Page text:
Edmonton’s 4-year operating budget proposes 3.3% tax hike next year

Click to play video: 'A look at potential property tax increases for Edmonton over next 4 years' A look at potential property tax increases for Edmonton over next 4 years
WATCH ABOVE: City administration has released the four-year proposed operating budget, which projects a 3.3 per cent tax hike in 2019. However, Mayor Don Iveson said he's committed to getting that number below three per cent. Sarah Kraus has the details – Nov 2, 2018

City administration has released the proposed four-year operating budget, which suggests a 3.3 per cent tax hike for Edmontonians next year.

The proposed tax increase in 2019 is more than what city council originally anticipated. Mayor Don Iveson said his goal is to bring the proposed increase down below three per cent.

READ MORE: Edmonton mayor unveils 5-point plan for city’s ‘toughest budget in a decade’

The proposed 2019 budget would provide services to the average Edmonton household for $6.96 per day — or $2,540 per year — an increase of $79 over 2018, according to the city.

“I think we were all hoping for a lower number,” Councillor Bev Esslinger said Thursday. “That’s what we’ve heard from Edmontonians and I’m committed to trying to get us there.”

Story continues below advertisement

The 2019 proposed increase breaks down as follows:

  • 1.7 per cent for police
  • 0.7 per cent for general services, which is below inflation
  • 0.6 per cent for Valley Line LRT
  • 0.3 per cent for back alley and laneway upgrades

The budget covers 2019 – 2022 and the proposed tax increase drops each year after 2019.

READ MORE: LRT, Yellowhead, fixing roads mean big numbers for Edmonton capital budget

Watch below: (From Nov. 2, 2018) With the numbers in, the debate is now underway on just how much Edmontonians should pay in property taxes over the next four years. Vinesh Pratap reports.

Click to play video: 'Debate underway over how much Edmontonians should pay in property taxes' Debate underway over how much Edmontonians should pay in property taxes
Debate underway over how much Edmontonians should pay in property taxes – Nov 2, 2018

In 2020, the proposed tax increase is 2.7 per cent, with police not taking as big of an increase. A flat two per cent-increase is proposed in both 2021 and 2022. During those years, police will see their increase rolled back to one per cent.

Story continues below advertisement

Councillor Michael Walters has asked for details on the per capita full-time equivalent (FTE) ratio in Edmonton compared to other cities.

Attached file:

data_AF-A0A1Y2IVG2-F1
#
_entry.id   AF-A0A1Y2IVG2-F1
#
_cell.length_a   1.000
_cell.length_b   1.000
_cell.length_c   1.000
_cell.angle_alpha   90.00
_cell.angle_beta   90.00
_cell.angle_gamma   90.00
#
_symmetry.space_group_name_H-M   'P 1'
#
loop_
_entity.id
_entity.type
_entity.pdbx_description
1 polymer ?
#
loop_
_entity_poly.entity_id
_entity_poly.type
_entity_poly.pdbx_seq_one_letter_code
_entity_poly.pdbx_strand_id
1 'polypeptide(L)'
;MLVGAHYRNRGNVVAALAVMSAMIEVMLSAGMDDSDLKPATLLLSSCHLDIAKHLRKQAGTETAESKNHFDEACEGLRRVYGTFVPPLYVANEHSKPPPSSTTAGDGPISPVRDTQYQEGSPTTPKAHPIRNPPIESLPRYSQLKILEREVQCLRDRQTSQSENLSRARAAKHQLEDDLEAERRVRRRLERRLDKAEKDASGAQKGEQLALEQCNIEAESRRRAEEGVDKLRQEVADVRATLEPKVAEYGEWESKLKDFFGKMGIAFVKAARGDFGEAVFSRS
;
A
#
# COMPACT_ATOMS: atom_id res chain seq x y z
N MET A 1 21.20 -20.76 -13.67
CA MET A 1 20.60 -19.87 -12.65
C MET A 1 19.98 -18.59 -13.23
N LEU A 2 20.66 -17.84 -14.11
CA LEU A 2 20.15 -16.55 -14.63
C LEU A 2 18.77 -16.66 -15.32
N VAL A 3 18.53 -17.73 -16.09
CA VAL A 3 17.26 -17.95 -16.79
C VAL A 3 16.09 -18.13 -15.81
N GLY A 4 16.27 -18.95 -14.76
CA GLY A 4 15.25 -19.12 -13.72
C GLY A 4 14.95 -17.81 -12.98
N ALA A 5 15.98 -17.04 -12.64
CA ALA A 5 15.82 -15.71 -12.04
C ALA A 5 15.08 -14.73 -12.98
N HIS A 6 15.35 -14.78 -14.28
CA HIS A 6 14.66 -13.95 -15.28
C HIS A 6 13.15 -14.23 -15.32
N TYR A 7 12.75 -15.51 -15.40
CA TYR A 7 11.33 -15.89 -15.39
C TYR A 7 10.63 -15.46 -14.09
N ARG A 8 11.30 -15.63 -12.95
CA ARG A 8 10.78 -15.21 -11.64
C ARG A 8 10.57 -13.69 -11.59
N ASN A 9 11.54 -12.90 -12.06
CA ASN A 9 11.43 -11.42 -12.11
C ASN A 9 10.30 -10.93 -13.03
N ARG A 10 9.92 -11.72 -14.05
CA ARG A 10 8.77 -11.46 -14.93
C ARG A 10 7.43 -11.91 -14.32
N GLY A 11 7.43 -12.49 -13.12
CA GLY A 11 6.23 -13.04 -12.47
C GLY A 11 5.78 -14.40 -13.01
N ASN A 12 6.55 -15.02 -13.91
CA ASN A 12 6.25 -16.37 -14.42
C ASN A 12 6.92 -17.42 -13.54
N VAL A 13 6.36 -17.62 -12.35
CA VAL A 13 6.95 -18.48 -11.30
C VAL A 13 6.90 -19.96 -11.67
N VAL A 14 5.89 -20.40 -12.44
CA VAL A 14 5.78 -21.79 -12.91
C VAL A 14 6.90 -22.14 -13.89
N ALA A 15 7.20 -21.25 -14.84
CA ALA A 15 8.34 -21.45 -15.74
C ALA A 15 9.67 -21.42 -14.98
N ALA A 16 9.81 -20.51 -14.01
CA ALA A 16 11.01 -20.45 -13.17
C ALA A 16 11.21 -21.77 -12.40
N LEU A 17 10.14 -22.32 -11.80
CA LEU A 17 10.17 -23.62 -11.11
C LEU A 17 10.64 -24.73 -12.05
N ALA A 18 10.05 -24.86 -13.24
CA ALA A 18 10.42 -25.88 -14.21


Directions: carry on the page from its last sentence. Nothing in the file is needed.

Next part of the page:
“It feels to me like our answer to every question is one more staff person. We have to really start addressing that. I think the sacred cow is probably our FTE count and we have to begin to figure that out,” Walters said.

“My position going in is I’m going to be hard pressed to support any staff increases at all until the program and service review is done. In fact, my goal is to come in under three (per cent) so it’s going to be a set of tough conversations for sure.”

READ MORE: 2018 Edmonton tax increase set at 3.5%

A public hearing will be held on Nov. 15, followed by deliberations among members of city council. The final version of the budget is expected to be set by council in late 2018.

The release of the operating budget comes on the heels of the release of the city’s capital budget. This is the first time city administration has developed proposed four-year capital and operating budgets in the same year, according to CFO Todd Burge.

“This helps us look further and plan better for our future and offers flexibility to adjust to changing priorities or economic circumstances,” Burge said.

Story continues below advertisement

The operating budget deals with the day-to-day costs required to run the city, including maintaining roads and public transit. Police, bylaw and fire rescue services are also included in the operating budget.

The city’s capital budget is for the infrastructure the city builds, such as roads, bridges and rec centres.

More information on both budgets can be found on the city’s website.

With files from Scott Johnston, 630 CHED.

Sponsored content